Finally became clear Fili could not keep silent any longer. "Of all things that could have happened I was not expecting to return home to this."
Dwalin lifted his gaze to where the blonde was standing, opening his mouth to reply. He didn't have the chance however as Fili was not yet done.
"What is more," the young dwarf said, his lips stretched tight in a mocking grin, "Is the fact that he was under the care of someone I thought I could trust." The sentence ended with Fili looking pointedly at the only other conscious dwarf in the room.
Dwalin merely hung his head in shame, unable to maintain eye contact through his unwavering guilt.
Fili straightened his back, a harsh frown now decorating his regal features. "You were supposed to be looking out for him, keeping him out of any danger. He was your charge, yet you let him get attacked anyway, and by a bear no less."
Again Dwalin tried to talk, but again he was overruled.
"Then you left him open to infection, the reason why my little brother is laying almost lifeless before me," Fili continued, his volume level, his tone condemning. "You're a warrior. It is your duty to protect those around you, especially those under your charge, but you failed to do that. You let a bear almost maul a dwarfling to death, a dwarfling. So what does that make you? Incompetent? Or just plain useless?"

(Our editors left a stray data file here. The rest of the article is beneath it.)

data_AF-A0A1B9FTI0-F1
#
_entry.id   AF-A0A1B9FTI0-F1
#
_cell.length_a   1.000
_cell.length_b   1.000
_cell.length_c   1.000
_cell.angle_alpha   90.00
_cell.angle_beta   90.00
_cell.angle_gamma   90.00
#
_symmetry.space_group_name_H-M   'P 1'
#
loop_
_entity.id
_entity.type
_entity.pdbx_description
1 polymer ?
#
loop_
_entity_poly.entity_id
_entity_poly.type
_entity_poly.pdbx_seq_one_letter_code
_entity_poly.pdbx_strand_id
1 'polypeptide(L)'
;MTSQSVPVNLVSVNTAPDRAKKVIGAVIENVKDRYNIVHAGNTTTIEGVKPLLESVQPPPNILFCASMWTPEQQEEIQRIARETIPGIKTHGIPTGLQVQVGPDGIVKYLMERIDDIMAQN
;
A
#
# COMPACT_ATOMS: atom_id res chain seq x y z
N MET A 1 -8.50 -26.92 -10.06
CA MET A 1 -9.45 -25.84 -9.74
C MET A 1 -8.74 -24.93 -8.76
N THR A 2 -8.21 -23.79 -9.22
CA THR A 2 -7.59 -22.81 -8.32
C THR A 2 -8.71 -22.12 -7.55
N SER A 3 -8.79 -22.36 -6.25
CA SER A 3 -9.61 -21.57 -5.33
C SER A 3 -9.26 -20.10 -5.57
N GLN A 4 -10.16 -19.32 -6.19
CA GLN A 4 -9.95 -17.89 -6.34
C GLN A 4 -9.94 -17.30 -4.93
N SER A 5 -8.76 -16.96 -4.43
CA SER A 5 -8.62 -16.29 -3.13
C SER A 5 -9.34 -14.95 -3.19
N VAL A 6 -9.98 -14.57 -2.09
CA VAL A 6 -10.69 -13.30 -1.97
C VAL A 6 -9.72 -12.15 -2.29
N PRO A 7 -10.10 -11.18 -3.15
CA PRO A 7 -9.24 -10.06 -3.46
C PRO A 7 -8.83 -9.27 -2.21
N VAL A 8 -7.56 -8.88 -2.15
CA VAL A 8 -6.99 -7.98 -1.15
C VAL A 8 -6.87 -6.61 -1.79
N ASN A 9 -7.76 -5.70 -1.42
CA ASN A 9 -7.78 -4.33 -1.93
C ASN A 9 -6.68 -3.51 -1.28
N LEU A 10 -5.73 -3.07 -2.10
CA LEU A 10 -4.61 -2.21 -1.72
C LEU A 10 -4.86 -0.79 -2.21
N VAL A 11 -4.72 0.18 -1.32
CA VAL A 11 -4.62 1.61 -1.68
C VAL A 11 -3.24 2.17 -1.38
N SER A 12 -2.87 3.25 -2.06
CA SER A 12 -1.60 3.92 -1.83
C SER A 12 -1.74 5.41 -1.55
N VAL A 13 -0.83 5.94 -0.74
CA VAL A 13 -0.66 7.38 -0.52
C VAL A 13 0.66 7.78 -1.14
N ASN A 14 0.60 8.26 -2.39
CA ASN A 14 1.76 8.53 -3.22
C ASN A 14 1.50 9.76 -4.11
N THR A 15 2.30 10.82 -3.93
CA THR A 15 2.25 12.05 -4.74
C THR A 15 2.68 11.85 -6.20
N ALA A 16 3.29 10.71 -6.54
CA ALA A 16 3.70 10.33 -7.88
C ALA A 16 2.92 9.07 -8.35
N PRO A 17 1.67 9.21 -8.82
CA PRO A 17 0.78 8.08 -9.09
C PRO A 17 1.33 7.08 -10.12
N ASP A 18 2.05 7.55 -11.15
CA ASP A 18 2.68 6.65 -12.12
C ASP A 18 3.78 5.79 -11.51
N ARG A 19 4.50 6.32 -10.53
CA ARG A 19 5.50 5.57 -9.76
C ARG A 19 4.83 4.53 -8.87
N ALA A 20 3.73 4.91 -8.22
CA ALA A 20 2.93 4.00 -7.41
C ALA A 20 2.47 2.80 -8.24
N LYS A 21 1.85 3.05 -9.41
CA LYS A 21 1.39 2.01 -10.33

The words burned, no one could deny that, yet Dwalin endured them without a word. He deserved them in any case for it was all true. He was supposed to have been protecting the youngest of the line of Durin, yet he had failed. He had failed because he was incompetent in regards to performing the job required of him. Fili, however, was not done yet.